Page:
3) The possibility of this happening depends in part on the Arabs, but also on the Community, which in the current situation could act towards the Arab world in the same way that the United States, with the Marshall Plan in Europe after the second World War, contributed decisively to encouraging economic development and the start of the unification process. In this respect the Community is favoured by geographical proximity, by the strong interdependence of economic interests, as well as by the fact that, not being a military power, it did not participate militarily in the war, and thus it is not seen as an imperialistic threat by the vast section of public opinion in the region that, instead, regards the United States as the principal enemy of the Arab cause. In reality the widespread belief that the United States has come out of the Gulf War greatly strengthened derives from an error of perspective. The United States, restricted by an astronomical budget deficit and ever more severe social conflict at home and, moreover, ending the war with a further massive loss of credibility vis-à-vis Arab public opinion, are today even more than ever a power in decline that will only play a short term role in the Middle East. In the medium term, only the Community can be the privileged partner of the Arab people. But for the Community to be able to take on this responsibility, it must show the ability to carry forward a consistent policy of pacification and co-operation, and establish a political model that is worthy of imitation. This demands that the decisive step in the Community’s institutional reform process be accomplished, transforming it into a democratic federation, and giving it the instrument of a single currency, that could among other things be used as a means of payment for oil supplies, thus significantly contributing to price stabilization. European unity and Arab unity would thereby become two closely interlinked projects. It seems evident that these developments are essential to accelerate the transformation of the UN into a real world government. This cannot be achieved while the world continues to be divided into 150 states, often divided by arbitrary borders and condemned to underdevelopment by dimensions that are incompatible with modem industrial development, and hence democracy. Mankind’s political unification will be ripe when peoples are united in great continental federal structures, capable of being the supporting pillars of a global federation. Europe and a unified, secular and democratic “Arab nation” are destined to be two of these pillars. The Gulf War will have been “just” only if the horrific massacres and the horrendous destruction it has provoked, makes people aware of the necessity of hastening the completion of the European federation and the start of the process of Arab unity.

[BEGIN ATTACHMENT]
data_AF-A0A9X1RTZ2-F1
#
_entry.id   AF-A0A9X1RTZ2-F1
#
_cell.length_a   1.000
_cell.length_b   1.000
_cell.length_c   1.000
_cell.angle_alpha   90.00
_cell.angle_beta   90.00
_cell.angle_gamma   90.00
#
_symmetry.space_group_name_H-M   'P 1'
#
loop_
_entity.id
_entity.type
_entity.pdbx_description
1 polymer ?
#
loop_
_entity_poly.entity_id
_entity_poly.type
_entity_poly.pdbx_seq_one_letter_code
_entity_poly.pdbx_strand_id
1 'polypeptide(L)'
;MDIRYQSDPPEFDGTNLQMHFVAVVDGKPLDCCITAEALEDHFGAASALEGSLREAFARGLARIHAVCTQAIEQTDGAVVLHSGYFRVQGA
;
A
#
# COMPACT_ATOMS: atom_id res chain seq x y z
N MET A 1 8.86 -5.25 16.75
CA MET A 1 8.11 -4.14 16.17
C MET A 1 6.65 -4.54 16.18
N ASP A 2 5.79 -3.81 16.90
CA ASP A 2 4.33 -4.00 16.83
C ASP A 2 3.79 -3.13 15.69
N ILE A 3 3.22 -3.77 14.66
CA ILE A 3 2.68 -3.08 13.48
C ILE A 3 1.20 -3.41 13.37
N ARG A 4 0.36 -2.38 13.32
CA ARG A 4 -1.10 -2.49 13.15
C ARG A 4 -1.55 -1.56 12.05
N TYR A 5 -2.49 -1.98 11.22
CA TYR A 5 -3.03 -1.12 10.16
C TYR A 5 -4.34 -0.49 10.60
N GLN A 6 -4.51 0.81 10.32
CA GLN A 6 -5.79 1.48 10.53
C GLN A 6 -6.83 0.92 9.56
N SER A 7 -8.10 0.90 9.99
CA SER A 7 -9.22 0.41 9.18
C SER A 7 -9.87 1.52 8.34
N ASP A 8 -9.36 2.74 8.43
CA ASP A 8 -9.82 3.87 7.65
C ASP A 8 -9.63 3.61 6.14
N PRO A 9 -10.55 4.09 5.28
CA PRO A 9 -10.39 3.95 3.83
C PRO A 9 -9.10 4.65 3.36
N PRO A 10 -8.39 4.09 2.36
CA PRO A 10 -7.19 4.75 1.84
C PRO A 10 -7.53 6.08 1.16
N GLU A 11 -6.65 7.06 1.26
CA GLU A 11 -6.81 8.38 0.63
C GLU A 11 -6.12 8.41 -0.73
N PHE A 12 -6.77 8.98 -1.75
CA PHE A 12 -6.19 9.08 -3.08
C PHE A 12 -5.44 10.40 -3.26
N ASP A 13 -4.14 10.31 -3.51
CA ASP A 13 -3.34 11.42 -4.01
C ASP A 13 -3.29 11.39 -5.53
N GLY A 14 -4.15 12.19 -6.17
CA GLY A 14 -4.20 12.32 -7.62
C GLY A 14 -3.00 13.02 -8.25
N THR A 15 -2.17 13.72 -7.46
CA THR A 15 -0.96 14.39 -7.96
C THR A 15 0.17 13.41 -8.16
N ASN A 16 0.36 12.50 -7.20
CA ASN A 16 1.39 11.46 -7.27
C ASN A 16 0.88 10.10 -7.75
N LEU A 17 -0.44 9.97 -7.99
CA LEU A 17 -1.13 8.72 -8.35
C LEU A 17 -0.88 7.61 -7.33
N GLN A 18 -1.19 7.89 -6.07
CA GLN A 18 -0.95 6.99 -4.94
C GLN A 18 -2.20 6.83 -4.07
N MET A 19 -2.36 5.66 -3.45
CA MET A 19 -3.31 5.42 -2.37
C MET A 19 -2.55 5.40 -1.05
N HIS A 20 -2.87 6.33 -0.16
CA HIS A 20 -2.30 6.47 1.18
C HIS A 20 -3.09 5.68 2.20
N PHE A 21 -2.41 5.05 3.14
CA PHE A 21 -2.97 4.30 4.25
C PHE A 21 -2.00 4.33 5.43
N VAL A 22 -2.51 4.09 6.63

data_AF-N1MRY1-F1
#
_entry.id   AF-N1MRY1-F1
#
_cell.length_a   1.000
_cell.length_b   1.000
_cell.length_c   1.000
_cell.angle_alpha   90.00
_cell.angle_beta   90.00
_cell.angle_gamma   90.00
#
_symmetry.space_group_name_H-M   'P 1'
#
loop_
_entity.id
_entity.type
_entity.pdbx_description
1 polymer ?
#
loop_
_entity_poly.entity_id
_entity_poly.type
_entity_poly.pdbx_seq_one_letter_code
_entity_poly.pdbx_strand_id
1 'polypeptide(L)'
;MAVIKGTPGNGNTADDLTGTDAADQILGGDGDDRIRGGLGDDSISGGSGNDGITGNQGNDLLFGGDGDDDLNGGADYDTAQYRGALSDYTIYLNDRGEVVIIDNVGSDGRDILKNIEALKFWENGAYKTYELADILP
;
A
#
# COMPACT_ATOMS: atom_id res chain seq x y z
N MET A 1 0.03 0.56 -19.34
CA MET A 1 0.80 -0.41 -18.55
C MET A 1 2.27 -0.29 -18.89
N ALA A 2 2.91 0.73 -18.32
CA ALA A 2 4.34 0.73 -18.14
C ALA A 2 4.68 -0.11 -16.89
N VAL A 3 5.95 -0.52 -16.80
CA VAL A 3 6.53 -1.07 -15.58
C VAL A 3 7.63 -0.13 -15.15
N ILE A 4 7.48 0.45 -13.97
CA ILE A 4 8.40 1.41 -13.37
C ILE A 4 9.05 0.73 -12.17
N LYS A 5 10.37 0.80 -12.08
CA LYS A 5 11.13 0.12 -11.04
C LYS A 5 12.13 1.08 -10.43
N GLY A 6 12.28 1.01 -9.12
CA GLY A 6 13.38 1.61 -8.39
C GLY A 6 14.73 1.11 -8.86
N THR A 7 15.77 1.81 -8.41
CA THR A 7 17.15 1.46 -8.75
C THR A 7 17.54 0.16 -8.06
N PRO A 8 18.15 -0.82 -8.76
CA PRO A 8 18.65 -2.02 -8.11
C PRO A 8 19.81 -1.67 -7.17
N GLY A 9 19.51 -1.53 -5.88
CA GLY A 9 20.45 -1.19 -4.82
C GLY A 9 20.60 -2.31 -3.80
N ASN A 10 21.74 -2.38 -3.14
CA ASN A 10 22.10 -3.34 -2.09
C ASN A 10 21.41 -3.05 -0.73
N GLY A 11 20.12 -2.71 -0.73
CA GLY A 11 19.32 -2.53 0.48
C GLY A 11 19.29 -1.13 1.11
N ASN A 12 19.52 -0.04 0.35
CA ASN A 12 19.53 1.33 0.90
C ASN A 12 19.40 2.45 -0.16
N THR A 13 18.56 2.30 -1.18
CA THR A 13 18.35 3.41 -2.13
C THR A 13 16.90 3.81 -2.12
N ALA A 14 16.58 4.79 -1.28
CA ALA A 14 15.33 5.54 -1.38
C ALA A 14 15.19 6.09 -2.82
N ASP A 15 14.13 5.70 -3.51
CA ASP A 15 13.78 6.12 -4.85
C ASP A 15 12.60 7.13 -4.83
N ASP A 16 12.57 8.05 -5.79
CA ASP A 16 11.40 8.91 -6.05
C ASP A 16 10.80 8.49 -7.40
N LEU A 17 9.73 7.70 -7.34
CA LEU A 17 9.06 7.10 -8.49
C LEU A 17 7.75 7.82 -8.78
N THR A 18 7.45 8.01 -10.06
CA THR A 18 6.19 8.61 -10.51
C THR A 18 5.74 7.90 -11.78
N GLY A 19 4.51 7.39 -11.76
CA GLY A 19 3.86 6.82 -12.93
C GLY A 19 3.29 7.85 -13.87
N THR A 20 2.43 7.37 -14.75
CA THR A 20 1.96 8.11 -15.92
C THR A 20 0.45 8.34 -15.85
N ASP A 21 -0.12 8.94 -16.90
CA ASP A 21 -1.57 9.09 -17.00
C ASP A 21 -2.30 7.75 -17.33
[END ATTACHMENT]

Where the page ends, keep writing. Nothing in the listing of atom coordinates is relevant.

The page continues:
The Federalist